Joe Dean knew from the way he walked that he was going to bowl well in his Tuesday afternoon league two weeks ago. The 87-year-old Dean ended up striding into the record book as he became the oldest person to roll a sanctioned 300 game.

The American Bowling Congress confirmed that Dean's perfect game on June 15 at Holiday Lanes in Columbus, Ohio, broke a record previously held by Bowling Hall of Fame member Joe Norris of San Diego, who rolled a 300 in 1994 at age 86 and remains an active bowler.

"I can usually tell how I'm going to do by how my legs feel," Dean said Monday during a break from practice. "They were feeling really well that day, but a 300 game isn't something you think about because you have to have everything go right for you.

"That's just the kind of game I had. Every shot was in the pocket and carried well.

"By the time I got to the sixth or seventh frame, some of the guys started mentioning that I'd gotten all strikes. I said they should wait until the 10th frame before getting excited."

Dean said that when he reached that point and was still perfect, everyone in the building had stopped to see whether he could get 12 strikes in a row.

"After the 11th, I told myself, 'Just keep bowling your game and be happy with what you get,' " he said. "The 7-pin didn't fall right away on the last ball, but another pin came off and hit it and everyone started shouting, especially me."

Football

Plummer's Play

Arizona Cardinals quarterback Jake Plummer will be the latest athlete to put his name on a breakfast cereal to raise money for charity, said Famous Fixins Inc., a food distributor.

All of Plummer's proceeds from "Jake's Flakes" will go to his recently created charitable foundation, which supports children's causes and Alzheimer's organizations. The company didn't say how much Plummer would receive.

Plummer, 24, joins Buffalo Bills quarterback Doug Flutie and Baltimore Orioles third baseman Cal Ripken Jr. in using cereal to raise money for charity.

Boxing

Promoter Speaks Out

Boxing promoter Tony Holden told Congress he has grown ashamed of the sport he loves.

"There are a few bad seeds out there that give all of us a bad reputation," the promoter from Tulsa told a House Commerce subcommittee. "The image really does give you a tendency to duck your head."

Holden said a law is needed to help rid the industry of abuses that have tarnished its image and protect fighters from people eager to take advantage of their youth, inexperience and sometimes lack of education.

Basketball and football usually draw their rookies from among athletes who have been to college, but in boxing "half the kids might not even have a high school diploma," he said.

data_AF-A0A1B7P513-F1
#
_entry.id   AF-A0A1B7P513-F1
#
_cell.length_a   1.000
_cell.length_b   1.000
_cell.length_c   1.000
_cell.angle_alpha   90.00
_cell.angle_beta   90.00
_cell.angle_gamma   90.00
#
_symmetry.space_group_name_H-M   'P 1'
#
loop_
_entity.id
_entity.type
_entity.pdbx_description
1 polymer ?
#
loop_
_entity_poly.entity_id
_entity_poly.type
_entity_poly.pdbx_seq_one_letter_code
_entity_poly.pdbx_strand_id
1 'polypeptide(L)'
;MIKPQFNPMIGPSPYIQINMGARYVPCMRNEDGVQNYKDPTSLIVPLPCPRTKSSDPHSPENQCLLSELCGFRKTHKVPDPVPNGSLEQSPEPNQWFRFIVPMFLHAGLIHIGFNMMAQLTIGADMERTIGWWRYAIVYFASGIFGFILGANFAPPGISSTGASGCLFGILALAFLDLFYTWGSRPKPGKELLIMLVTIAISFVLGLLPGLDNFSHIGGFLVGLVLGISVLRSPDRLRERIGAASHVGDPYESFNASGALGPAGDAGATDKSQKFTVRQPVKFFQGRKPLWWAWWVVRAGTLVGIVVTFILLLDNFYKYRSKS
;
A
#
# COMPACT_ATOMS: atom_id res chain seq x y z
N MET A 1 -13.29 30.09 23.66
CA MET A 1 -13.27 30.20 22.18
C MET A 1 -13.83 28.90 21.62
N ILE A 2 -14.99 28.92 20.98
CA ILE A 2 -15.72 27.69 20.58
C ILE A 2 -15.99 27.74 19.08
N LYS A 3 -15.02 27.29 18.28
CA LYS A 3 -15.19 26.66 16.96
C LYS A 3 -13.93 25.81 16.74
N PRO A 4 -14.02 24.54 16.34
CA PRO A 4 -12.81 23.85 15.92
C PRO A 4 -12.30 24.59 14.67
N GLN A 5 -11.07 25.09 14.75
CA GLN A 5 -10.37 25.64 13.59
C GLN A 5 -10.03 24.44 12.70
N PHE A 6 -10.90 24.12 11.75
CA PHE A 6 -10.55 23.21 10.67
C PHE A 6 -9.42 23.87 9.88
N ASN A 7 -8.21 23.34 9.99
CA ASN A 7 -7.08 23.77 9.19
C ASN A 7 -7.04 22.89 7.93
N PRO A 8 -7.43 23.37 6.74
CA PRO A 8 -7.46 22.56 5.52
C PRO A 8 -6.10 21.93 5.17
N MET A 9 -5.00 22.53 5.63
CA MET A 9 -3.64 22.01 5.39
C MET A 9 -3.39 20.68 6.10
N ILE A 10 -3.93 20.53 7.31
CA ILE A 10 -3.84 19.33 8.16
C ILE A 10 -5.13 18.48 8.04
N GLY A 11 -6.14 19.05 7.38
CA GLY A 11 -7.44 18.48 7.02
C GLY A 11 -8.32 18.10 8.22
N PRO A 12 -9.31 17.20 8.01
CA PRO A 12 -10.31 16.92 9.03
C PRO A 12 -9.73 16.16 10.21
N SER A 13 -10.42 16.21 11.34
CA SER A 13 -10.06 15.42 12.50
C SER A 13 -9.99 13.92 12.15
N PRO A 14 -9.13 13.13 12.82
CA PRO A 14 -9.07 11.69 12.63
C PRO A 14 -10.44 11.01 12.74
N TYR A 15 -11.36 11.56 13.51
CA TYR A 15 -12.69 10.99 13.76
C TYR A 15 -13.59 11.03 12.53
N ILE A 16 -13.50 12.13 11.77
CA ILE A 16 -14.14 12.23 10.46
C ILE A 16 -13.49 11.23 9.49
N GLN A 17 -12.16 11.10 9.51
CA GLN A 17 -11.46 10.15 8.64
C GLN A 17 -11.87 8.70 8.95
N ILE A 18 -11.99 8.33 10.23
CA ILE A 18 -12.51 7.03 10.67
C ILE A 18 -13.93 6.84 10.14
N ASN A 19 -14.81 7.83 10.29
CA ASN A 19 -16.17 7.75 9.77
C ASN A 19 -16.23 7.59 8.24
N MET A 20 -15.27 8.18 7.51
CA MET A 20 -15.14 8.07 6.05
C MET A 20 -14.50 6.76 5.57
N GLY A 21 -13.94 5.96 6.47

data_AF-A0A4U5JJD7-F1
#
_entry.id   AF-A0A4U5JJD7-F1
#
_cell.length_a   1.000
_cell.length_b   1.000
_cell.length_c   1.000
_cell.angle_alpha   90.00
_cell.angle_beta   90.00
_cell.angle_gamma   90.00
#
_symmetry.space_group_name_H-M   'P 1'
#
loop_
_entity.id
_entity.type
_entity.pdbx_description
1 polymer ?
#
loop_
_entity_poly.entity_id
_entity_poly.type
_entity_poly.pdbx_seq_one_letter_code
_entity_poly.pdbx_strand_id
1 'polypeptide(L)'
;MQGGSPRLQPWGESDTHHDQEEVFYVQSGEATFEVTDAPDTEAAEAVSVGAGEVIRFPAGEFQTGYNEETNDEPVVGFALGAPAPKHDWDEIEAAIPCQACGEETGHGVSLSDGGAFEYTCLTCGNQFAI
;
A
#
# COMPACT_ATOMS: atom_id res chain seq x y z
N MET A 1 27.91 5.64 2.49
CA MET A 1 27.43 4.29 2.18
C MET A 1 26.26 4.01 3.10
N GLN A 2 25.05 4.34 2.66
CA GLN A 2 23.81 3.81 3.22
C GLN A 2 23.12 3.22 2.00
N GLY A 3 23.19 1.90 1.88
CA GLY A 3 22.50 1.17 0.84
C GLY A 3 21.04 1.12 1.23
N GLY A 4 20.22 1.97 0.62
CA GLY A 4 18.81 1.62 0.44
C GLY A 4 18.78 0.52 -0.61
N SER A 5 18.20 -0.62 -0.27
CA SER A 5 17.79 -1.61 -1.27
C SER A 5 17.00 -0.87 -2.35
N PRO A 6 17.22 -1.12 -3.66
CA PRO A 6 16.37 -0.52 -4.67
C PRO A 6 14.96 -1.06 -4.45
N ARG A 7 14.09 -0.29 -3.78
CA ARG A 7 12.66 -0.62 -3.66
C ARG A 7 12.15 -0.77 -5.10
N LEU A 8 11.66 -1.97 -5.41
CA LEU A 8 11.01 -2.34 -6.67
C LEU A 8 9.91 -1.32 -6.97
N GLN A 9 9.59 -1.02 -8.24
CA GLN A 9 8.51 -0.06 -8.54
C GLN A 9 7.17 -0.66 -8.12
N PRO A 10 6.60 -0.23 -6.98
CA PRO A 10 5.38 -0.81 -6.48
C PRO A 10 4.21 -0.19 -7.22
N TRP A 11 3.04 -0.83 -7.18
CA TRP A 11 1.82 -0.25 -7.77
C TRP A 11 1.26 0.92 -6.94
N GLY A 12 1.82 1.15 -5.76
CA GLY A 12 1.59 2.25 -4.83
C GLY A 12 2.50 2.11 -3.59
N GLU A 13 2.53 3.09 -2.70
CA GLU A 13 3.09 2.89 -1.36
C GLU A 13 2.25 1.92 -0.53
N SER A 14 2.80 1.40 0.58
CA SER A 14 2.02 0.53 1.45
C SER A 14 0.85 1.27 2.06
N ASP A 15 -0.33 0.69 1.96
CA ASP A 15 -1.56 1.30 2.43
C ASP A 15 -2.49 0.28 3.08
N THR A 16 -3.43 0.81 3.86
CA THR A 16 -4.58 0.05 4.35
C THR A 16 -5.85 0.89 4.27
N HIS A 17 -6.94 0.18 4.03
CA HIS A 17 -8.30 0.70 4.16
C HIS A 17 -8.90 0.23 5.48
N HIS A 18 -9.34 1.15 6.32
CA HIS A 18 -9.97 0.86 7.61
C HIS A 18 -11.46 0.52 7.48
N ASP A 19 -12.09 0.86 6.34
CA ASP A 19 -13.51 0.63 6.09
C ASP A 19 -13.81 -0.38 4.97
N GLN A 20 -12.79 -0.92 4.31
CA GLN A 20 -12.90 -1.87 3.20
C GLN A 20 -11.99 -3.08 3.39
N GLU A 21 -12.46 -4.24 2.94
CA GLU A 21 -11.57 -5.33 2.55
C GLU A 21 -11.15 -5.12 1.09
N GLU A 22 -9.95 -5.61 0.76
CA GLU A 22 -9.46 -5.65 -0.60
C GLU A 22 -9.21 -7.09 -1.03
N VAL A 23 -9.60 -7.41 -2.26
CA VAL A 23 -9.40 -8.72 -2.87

Often, he said, "They're going in and negotiating their contracts with no attorney."

Holden was part of a lineup of industry insiders assembled in support of legislation that would give boxers extra legal protection.

The bill's sponsor, Rep. Mike Oxley (R-Ohio), said it would help states police the boxing industry. The measure would require promoters and organizers of major boxing events to disclose more financial information and to inform state boxing commissions of charges, costs and fees they take out of boxers' purses. No boxing contract could extend longer than a year, making it more difficult to obligate fighters to long-term deals in exchange for a shot at a world title.

Special Olympics

Md. Athletes Excel

Several Team Maryland athletes were among the top finishers at the Special Olympics World Summer Games in Raleigh, N.C. Cory Roberson of Baltimore won the men's 17th Division 4-kg shot put with a toss of 4 meters 55 centimeters. In the aquatics competition, Christina Ratcliffe of Waldorf placed second in the women's 1st Division 100-meter backstroke in 4 minutes 58.91 seconds. James Epp of White Plains finished fourth in the men's 3rd Division 50-meter freestyle in 1:21.13 and third in the 3rd Division 50-meter backstroke in 1:20.43. Martin Valaske of Annapolis finished fourth in the men's 8th Division 50-meter freestyle in 56.28 seconds.

Courts

Lethridge Wins Suit

A jury awarded former Texas Tech quarterback Zebbie Lethridge $22.5 million in his lawsuit against Dillard's department store and a security guard.

Jurors in the 364th District Court in Lubbock, Tex., made the decision in a 1995 incident in which Lethridge and two friends were accused of stealing a pair of earrings from a Dillard's store. Lethridge, who starred for four years at Texas Tech, is a cornerback with the Dallas Cowboys.

After Lethridge, 24, was found innocent of the charge in Lubbock Municipal Court, he filed a civil suit saying Dillard's and security guard Tom Robison accused him of shoplifting only because he is black.

Soccer

Rongen Named

D.C. United Coach Thomas Rongen was named coach of the Eastern Conference team for the 1999 MLS All-Star Game in San Diego on July 17. Rongen was given the honor based on United's place atop the conference with an 11-5 record. He also coached the Eastern team in 1996, when he was the coach of the Tampa Bay Mutiny. Colorado's Glenn Myernick will lead the Western squad. Starters will be named July 8.

CAPTION: The remainder of more than 29,000 fans who showed up at All England club wait for a Wimbledon match, but play was canceled. Story on Page D10.